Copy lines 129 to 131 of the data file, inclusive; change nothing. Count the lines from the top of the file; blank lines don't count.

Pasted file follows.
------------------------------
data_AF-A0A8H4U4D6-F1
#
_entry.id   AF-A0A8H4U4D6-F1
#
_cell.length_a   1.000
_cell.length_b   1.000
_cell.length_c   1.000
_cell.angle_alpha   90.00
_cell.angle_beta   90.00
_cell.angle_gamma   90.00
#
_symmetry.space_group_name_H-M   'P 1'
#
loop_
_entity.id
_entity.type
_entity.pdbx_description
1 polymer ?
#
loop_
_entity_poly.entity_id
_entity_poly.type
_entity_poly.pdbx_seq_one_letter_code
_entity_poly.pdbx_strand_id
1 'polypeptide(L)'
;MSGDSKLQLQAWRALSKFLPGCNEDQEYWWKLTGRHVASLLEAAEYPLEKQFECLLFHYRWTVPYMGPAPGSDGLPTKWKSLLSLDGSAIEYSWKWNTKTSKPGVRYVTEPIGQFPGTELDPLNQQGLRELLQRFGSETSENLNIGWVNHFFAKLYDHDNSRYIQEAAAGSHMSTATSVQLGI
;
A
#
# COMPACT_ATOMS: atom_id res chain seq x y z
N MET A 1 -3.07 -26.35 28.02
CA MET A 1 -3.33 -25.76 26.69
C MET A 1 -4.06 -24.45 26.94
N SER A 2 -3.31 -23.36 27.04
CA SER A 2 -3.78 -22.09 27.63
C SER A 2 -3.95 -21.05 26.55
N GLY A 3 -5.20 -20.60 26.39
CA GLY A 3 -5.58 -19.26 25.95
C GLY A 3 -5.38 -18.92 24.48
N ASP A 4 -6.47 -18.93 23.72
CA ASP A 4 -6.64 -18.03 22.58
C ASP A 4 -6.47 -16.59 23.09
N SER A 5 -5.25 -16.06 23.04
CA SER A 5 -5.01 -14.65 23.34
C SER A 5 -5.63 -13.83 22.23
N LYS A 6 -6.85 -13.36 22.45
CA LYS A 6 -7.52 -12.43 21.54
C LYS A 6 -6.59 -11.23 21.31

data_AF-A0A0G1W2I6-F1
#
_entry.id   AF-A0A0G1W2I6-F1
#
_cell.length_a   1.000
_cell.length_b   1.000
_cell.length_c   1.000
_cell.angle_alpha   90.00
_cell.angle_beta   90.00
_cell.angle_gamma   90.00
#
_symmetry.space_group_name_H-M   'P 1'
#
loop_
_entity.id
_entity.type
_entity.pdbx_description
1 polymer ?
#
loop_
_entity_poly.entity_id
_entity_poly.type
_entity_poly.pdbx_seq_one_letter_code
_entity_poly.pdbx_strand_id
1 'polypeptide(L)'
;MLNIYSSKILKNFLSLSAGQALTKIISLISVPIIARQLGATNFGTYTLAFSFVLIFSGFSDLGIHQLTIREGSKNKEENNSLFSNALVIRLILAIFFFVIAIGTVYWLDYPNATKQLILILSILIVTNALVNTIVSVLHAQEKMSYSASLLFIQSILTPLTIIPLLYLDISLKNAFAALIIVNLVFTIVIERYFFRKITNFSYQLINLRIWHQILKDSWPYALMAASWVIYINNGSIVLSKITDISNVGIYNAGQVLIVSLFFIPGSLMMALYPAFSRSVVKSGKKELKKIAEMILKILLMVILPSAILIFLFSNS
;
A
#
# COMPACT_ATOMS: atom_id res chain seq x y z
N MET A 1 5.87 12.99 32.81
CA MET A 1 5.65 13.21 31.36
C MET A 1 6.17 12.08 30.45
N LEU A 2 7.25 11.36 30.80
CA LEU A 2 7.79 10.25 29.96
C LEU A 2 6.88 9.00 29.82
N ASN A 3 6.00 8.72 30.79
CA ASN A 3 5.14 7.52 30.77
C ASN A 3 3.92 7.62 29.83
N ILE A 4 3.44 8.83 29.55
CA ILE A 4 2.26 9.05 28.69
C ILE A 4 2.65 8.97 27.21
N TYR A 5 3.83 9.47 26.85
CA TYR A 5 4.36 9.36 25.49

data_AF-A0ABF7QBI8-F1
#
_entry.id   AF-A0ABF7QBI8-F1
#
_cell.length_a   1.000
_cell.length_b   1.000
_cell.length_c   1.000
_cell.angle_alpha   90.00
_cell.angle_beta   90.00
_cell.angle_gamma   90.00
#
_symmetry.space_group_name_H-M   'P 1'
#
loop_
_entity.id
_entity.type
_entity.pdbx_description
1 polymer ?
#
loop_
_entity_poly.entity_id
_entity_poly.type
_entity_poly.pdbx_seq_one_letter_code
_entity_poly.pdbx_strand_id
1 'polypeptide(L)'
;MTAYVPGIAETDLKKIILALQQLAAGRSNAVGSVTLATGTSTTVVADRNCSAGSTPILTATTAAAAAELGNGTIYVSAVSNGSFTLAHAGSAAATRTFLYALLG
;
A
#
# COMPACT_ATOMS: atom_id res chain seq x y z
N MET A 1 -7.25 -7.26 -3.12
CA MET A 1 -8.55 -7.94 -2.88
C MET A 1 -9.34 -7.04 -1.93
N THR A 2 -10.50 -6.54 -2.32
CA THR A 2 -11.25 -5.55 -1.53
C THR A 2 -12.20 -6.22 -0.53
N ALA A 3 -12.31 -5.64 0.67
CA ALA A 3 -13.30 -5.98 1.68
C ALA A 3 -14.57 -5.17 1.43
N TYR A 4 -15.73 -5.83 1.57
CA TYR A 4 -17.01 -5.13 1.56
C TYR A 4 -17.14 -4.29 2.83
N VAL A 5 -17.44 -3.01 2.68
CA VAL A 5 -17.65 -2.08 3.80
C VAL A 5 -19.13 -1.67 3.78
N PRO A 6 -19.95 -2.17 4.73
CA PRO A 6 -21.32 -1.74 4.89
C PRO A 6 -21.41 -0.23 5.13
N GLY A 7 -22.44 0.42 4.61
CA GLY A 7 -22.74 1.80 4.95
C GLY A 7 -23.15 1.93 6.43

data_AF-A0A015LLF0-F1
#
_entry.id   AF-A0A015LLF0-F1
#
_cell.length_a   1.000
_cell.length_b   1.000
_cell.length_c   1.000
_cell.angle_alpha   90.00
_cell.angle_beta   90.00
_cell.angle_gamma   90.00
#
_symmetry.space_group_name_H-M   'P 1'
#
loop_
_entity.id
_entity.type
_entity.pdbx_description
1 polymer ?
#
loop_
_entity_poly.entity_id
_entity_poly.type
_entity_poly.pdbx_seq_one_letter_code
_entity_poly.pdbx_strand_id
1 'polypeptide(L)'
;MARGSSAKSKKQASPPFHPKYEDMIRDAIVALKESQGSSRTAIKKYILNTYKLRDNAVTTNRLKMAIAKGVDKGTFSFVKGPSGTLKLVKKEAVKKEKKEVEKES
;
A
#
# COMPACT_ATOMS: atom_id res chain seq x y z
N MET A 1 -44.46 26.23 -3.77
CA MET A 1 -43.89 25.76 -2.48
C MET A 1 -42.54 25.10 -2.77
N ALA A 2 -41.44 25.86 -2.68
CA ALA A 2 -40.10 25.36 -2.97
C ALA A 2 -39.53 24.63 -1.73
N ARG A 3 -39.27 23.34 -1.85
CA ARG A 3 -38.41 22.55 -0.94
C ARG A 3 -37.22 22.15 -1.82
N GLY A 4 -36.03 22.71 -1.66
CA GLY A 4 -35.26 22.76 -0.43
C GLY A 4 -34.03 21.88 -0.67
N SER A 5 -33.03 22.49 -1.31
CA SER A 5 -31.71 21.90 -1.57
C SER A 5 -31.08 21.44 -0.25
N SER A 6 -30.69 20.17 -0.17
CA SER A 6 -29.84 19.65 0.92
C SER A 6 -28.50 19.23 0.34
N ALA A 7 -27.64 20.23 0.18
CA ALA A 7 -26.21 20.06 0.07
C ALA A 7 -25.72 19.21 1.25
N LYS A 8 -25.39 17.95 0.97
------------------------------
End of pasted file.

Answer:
N ALA A 3 -12.31 -5.64 0.67
CA ALA A 3 -13.30 -5.98 1.68
C ALA A 3 -14.57 -5.17 1.43